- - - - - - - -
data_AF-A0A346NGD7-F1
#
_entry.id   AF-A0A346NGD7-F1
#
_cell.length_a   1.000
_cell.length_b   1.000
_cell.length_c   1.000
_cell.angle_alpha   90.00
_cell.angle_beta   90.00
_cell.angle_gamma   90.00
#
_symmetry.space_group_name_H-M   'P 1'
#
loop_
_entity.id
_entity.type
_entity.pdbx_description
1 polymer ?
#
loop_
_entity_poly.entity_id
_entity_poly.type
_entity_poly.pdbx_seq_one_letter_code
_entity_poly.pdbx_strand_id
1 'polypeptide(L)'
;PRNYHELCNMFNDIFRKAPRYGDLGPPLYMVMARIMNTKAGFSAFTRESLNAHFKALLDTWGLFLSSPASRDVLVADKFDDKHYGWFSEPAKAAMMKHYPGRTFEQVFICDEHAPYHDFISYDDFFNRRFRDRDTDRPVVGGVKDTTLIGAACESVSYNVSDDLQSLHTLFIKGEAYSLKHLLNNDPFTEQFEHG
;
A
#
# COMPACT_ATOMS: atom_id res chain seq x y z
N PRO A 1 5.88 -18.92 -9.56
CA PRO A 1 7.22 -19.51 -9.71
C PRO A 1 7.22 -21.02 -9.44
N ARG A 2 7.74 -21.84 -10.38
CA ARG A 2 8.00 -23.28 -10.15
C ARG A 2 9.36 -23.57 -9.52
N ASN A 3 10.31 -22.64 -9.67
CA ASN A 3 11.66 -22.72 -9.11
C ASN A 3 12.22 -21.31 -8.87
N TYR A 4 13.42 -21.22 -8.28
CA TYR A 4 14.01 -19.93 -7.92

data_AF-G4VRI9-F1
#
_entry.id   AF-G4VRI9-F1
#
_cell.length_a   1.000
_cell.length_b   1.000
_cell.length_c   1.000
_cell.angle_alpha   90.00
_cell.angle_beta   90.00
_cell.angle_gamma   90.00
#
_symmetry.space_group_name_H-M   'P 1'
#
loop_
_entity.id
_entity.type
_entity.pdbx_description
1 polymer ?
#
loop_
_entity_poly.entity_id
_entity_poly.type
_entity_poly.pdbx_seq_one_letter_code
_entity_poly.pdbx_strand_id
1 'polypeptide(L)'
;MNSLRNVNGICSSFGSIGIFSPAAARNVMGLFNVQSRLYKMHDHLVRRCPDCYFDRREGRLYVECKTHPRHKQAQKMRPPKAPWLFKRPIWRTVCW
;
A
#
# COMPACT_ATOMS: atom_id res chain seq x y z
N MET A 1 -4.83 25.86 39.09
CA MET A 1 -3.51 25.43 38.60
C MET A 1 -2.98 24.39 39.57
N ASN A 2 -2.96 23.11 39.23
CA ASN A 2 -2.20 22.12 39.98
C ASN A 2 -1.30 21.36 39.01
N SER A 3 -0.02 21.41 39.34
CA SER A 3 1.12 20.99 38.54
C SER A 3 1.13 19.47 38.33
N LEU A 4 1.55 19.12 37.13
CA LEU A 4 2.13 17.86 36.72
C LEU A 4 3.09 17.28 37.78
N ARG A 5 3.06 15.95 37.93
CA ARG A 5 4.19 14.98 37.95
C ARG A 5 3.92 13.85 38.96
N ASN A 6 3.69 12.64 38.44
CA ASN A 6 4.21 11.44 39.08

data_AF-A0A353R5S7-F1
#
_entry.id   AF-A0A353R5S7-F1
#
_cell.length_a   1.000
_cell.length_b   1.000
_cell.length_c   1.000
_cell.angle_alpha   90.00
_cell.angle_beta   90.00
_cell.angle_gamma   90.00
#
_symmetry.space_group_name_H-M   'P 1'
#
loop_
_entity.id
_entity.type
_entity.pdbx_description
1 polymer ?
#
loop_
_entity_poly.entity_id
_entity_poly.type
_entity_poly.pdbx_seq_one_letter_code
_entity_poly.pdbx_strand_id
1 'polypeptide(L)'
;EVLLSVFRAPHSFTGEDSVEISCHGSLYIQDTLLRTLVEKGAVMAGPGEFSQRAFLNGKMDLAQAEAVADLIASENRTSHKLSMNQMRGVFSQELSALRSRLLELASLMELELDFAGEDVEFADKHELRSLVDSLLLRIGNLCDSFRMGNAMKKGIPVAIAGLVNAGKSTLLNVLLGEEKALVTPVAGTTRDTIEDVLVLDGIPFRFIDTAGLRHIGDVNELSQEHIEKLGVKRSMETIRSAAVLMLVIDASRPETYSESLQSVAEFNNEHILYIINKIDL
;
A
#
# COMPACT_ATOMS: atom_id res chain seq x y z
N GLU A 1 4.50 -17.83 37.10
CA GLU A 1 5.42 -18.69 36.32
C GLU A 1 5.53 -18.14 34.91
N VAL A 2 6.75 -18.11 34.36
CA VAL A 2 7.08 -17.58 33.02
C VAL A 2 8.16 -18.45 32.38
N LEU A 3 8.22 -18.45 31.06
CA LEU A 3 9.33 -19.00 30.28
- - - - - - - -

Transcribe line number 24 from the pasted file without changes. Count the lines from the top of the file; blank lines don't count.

_entity_poly.pdbx_strand_id